The Slatest

Trump Took Art From Ambassador’s Home in Paris, But Pieces Were Fakes and Replicas

The figurines of Greek mythical characters that President Donald Trump snapped up from the from the U.S. ambassador’s residence in Paris are now on display in the Oval Office as seen in this August 20, 2020 photo.
The figurines of Greek mythical characters that President Donald Trump snapped up from the U.S. ambassador’s residence in Paris are now on display in the Oval Office as seen in this August 20, 2020 photo. SAUL LOEB/Getty Images

President Donald Trump’s November 2018 trip to France is again in the news because of his canceled trip to a cemetery for fallen Marines and allegations that he disparaged veterans. But Bloomberg reports on another aspect of the trip that raised more than a few eyebrows. After Trump’s cemetery trip was canceled, the president suddenly had a few hours to kill inside the U.S. ambassador’s historic residence in Paris and it seems that during that time he took a particular liking to a few pieces of art. The next day, he ordered a Benjamin Franklin bust, a Franklin portrait and a set of figurines of Greek mythical characters be loaded on Air Force One to go back to Washington with him, reports Bloomberg.

The ambassador was reportedly surprised by the move but didn’t raise any objections with Trump joking the art could come back “in six years,” when his second term would be coming to an end. Not everyone was happy with the president’s decision as some in the State Department exchanged tersely worded emails with White House officials. But after all the hand-wringing it was decided that the move was legal because the art is government property.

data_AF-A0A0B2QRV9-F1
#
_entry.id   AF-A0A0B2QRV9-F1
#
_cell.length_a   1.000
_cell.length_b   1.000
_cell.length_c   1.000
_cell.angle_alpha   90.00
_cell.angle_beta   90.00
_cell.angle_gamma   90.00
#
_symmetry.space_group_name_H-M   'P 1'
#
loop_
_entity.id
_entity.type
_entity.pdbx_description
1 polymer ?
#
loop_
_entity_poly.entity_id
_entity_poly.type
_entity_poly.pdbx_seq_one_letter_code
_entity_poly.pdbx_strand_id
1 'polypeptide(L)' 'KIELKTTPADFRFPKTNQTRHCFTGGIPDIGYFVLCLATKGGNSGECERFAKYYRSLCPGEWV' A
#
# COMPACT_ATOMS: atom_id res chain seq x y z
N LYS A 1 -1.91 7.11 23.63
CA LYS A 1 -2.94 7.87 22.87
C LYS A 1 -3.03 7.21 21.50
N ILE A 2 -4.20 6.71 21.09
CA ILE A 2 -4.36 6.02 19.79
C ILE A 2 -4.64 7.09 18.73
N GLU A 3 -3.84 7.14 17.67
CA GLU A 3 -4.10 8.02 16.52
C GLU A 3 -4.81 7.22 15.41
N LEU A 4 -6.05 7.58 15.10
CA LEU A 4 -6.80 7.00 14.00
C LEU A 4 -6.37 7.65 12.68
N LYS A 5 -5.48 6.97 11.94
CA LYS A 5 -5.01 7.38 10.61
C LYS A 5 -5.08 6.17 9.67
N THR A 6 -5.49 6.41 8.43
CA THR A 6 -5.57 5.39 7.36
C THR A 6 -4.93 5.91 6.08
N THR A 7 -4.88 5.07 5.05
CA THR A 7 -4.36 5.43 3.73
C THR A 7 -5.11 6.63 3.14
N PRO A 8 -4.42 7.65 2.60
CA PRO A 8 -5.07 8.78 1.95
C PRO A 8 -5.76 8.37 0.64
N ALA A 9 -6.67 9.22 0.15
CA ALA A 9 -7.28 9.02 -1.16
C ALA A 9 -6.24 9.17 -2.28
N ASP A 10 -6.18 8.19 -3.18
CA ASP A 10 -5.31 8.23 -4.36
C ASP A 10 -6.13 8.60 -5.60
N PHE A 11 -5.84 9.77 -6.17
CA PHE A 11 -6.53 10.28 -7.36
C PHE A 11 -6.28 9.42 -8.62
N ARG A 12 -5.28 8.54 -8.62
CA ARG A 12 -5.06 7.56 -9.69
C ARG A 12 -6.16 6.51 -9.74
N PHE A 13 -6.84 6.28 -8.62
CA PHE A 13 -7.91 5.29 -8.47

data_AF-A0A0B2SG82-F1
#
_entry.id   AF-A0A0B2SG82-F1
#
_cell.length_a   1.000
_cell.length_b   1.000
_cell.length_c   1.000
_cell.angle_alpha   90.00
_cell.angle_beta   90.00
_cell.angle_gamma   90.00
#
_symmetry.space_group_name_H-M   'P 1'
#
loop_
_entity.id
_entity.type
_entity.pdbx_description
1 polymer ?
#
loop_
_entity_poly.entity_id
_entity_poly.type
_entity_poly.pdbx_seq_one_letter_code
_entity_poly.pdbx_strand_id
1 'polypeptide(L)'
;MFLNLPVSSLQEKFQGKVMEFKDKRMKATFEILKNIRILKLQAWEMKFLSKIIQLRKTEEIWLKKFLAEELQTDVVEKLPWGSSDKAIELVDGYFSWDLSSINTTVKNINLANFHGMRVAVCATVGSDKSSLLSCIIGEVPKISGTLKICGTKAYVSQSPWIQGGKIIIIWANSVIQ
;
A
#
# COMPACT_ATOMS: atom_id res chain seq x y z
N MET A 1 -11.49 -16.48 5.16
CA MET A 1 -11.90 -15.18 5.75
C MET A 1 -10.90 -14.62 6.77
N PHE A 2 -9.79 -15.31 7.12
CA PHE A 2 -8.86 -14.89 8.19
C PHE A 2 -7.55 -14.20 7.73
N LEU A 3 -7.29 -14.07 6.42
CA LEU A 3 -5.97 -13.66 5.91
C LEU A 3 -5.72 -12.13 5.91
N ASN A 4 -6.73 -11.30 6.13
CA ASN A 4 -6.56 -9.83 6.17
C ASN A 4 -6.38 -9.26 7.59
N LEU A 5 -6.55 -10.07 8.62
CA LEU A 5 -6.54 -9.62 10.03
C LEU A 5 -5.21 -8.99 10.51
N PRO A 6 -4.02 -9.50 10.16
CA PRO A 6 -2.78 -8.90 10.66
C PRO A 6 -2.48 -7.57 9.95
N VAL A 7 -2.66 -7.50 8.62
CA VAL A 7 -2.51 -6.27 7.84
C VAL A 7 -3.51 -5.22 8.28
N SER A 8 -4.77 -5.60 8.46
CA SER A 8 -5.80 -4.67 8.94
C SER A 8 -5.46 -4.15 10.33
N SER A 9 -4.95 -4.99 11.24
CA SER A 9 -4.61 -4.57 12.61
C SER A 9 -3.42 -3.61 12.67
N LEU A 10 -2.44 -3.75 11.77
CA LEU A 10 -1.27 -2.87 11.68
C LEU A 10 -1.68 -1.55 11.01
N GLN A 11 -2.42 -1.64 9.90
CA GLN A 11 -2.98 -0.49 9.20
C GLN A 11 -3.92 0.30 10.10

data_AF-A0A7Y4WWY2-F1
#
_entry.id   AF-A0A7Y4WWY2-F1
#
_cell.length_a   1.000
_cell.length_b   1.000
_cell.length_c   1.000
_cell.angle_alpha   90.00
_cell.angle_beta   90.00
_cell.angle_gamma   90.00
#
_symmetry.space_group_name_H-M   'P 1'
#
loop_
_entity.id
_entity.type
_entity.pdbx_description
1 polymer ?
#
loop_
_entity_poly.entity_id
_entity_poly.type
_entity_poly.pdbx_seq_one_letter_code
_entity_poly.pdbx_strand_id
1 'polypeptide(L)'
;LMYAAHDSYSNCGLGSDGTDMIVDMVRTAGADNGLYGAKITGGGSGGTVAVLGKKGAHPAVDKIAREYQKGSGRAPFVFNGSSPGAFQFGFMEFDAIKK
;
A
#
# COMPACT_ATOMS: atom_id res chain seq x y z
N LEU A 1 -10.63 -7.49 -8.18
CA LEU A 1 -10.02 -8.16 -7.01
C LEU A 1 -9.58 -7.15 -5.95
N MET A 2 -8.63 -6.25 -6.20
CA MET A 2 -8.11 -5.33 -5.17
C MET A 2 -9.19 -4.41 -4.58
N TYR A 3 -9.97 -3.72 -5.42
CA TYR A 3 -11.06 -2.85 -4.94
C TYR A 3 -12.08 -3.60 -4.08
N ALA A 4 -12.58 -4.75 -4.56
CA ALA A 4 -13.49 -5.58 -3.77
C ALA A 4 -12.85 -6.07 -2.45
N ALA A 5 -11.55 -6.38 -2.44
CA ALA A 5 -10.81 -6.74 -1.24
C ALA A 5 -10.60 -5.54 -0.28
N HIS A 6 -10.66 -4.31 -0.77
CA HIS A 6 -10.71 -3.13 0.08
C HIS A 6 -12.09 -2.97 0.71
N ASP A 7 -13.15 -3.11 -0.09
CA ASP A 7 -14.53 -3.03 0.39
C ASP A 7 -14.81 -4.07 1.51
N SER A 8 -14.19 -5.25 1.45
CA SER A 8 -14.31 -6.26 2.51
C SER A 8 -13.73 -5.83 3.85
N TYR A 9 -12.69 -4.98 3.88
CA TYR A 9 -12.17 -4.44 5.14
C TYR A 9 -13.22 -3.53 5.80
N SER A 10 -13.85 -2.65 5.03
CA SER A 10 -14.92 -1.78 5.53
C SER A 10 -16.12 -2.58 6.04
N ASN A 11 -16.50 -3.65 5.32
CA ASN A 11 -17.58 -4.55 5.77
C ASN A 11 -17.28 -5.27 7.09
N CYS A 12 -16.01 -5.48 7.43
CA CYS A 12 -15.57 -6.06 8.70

The White House confirmed the president took artwork from Paris. “The President brought these beautiful, historical pieces, which belong to the American people, back to the United States to be prominently displayed in the People’s House,” White House spokesman Judd Deere said in response to questions from Bloomberg News.

The art was reportedly worth some $750,000 and the White House may have called them “historical” but the truth is that they were fakes and replicas. The figurines that now sit in the Oval Office are from the early 20th century by an artist who was trying to claim they were from the 16th or 17 centuries. The figurines have little value and are really “20th century fakes of wannabe 17th century sculptures,” according to an art dealer. The Franklin bust and portrait were also copies of the originals. White House officials ended up borrowing the original portrait from the National Portrait Gallery and hanging it up in the Oval Office rather than the replica Trump brought back from France.

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